After one season in Paris and another off the calendar, Tim Hamilton is again showing his namesake collection in New York. And in a way, New York provided the germ of the collection: The designer sublet a studio from artist Ross Bleckner and, after rifling through the painter's archive, proposed a collaboration. Bleckner's smeary, abstract almost-florals, which appeared on Hamilton's jackets, pants, second-skin turtlenecks, and, for his women's collection, dresses and separates, unified the whole. Replicating Bleckner's vivid colors also gave Hamilton a chance to indulge his taste for far-flung production and fabric play. (He found a Japanese factory that was up to the task.)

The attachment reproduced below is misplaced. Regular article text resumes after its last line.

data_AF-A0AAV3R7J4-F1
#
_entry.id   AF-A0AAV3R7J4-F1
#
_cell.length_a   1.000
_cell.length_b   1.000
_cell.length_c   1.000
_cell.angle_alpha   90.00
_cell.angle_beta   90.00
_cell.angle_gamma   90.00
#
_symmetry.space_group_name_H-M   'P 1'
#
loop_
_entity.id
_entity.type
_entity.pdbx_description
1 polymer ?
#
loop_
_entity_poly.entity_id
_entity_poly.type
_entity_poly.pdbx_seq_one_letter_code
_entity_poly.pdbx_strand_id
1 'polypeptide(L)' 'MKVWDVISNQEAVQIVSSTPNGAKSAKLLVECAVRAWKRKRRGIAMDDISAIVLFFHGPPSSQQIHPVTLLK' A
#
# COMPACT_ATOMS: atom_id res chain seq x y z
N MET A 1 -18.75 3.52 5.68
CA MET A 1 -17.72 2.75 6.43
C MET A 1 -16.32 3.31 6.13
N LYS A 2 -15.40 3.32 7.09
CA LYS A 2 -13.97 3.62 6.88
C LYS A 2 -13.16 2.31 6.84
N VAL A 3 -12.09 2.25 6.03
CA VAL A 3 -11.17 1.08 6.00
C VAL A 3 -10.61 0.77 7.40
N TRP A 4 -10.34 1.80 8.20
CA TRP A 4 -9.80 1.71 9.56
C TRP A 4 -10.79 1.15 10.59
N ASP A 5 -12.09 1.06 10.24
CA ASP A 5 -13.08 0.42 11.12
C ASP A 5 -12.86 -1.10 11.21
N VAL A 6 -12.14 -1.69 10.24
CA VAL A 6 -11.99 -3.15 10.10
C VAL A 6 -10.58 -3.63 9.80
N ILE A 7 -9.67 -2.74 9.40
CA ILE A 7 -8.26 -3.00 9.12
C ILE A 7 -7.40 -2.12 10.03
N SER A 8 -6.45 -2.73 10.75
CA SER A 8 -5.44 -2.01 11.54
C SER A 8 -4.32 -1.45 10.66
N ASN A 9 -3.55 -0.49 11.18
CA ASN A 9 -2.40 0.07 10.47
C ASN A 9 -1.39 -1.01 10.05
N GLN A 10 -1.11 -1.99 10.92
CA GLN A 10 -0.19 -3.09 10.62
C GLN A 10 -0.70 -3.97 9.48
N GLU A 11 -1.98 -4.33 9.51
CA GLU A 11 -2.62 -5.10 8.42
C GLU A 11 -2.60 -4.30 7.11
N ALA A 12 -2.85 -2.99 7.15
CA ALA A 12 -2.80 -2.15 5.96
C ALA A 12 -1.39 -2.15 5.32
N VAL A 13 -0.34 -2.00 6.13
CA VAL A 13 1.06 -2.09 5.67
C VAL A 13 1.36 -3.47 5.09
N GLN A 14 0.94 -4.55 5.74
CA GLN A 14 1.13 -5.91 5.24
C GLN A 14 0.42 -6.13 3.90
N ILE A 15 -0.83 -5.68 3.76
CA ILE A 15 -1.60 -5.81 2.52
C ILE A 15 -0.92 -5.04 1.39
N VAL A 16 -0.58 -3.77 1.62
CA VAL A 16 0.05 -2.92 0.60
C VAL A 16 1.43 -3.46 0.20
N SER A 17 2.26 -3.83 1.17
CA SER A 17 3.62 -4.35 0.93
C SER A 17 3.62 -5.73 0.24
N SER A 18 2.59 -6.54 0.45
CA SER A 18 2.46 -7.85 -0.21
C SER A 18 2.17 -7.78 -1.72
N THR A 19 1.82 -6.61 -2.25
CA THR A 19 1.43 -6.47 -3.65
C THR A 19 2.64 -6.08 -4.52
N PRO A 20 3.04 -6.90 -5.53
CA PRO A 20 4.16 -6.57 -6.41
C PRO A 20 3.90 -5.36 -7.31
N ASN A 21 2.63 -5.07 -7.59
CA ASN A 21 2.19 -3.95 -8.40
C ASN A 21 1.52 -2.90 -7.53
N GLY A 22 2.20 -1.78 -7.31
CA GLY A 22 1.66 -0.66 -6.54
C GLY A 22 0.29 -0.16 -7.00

Proportion usually gets goosed chez Hamilton, too. In both collections, jackets and shirts were lengthened to slightly creepy, attenuated effect, layered short-over-long. Hand-knit sweaters got long sleeves but cropped bodies. For men, shell-like outerwear in rubberized vinyl and neoprene looked protective, futuristic, and a little mutant. Uniforms and military trappings tend to loom large in Hamilton's imagination, and he mentioned Aldous Huxley's dystopian fantasies as a point of reference. There was a bellicose quality overall, only heightened by the glowering, street-tough models and their scowling doppelgängers, the boys in longtime collaborator Collier Schorr's photographs, printed on cotton T-shirts (part of Hamilton's secondary Redux range). With all that stewing, the Bleckner prints lent a kind of cooling levity; there was also some warm-blooded heat from the hints of shearling lining or the occasional blast of vermilion red. Some more of that wouldn't hurt. Brave New World it may be—but baby, it's cold out there!